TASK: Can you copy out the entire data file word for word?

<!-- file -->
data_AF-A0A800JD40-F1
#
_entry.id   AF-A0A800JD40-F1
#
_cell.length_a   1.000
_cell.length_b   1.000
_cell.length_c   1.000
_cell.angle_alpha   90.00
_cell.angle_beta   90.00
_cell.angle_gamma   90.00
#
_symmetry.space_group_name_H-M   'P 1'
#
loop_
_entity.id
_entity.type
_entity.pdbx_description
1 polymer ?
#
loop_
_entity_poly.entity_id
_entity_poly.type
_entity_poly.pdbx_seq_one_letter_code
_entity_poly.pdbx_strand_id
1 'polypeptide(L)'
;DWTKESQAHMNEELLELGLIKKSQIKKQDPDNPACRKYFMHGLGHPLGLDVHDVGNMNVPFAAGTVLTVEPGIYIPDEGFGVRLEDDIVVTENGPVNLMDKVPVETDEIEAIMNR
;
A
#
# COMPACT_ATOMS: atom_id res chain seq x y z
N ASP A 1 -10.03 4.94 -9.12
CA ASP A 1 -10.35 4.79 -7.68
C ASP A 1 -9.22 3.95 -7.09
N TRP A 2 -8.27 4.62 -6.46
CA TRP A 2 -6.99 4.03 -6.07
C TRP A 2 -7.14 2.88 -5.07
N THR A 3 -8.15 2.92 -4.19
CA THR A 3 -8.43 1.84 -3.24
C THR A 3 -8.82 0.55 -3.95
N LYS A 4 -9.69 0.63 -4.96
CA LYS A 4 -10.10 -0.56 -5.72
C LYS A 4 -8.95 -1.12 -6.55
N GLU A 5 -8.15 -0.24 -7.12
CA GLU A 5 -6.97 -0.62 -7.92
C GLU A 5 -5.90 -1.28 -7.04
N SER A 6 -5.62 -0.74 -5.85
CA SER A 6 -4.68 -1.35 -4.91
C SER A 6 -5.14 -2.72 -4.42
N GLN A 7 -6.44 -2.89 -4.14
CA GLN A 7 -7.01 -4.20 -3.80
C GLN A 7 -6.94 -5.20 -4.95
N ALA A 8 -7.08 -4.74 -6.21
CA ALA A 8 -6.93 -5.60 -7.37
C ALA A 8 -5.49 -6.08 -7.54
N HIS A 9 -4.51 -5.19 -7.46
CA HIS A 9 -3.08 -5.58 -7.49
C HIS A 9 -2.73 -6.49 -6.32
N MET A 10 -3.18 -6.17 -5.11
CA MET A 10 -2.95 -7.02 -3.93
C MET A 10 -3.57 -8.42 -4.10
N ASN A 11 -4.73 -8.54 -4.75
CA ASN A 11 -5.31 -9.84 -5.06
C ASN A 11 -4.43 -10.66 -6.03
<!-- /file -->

data_AF-A0A800JD40-F1
#
_entry.id   AF-A0A800JD40-F1
#
_cell.length_a   1.000
_cell.length_b   1.000
_cell.length_c   1.000
_cell.angle_alpha   90.00
_cell.angle_beta   90.00
_cell.angle_gamma   90.00
#
_symmetry.space_group_name_H-M   'P 1'
#
loop_
_entity.id
_entity.type
_entity.pdbx_description
1 polymer ?
#
loop_
_entity_poly.entity_id
_entity_poly.type
_entity_poly.pdbx_seq_one_letter_code
_entity_poly.pdbx_strand_id
1 'polypeptide(L)'
;DWTKESQAHMNEELLELGLIKKSQIKKQDPDNPACRKYFMHGLGHPLGLDVHDVGNMNVPFAAGTVLTVEPGIYIPDEGFGVRLEDDIVVTENGPVNLMDKVPVETDEIEAIMNR
;
A
#
# COMPACT_ATOMS: atom_id res chain seq x y z
N ASP A 1 -10.03 4.94 -9.12
CA ASP A 1 -10.35 4.79 -7.68
C ASP A 1 -9.22 3.95 -7.09
N TRP A 2 -8.27 4.62 -6.46
CA TRP A 2 -6.99 4.03 -6.07
C TRP A 2 -7.14 2.88 -5.07
N THR A 3 -8.15 2.92 -4.19
CA THR A 3 -8.43 1.84 -3.24
C THR A 3 -8.82 0.55 -3.95
N LYS A 4 -9.69 0.63 -4.96
CA LYS A 4 -10.10 -0.56 -5.72
C LYS A 4 -8.95 -1.12 -6.55
N GLU A 5 -8.15 -0.24 -7.12
CA GLU A 5 -6.97 -0.62 -7.92
C GLU A 5 -5.90 -1.28 -7.04
N SER A 6 -5.62 -0.74 -5.85
CA SER A 6 -4.68 -1.35 -4.91
C SER A 6 -5.14 -2.72 -4.42
N GLN A 7 -6.44 -2.89 -4.14
CA GLN A 7 -7.01 -4.20 -3.80
C GLN A 7 -6.94 -5.20 -4.95
N ALA A 8 -7.08 -4.74 -6.21
CA ALA A 8 -6.93 -5.60 -7.37
C ALA A 8 -5.49 -6.08 -7.54
N HIS A 9 -4.51 -5.19 -7.46
CA HIS A 9 -3.08 -5.58 -7.49
C HIS A 9 -2.73 -6.49 -6.32
N MET A 10 -3.18 -6.17 -5.11
CA MET A 10 -2.95 -7.02 -3.93
C MET A 10 -3.57 -8.42 -4.10
N ASN A 11 -4.73 -8.54 -4.75
CA ASN A 11 -5.31 -9.84 -5.06
C ASN A 11 -4.43 -10.66 -6.03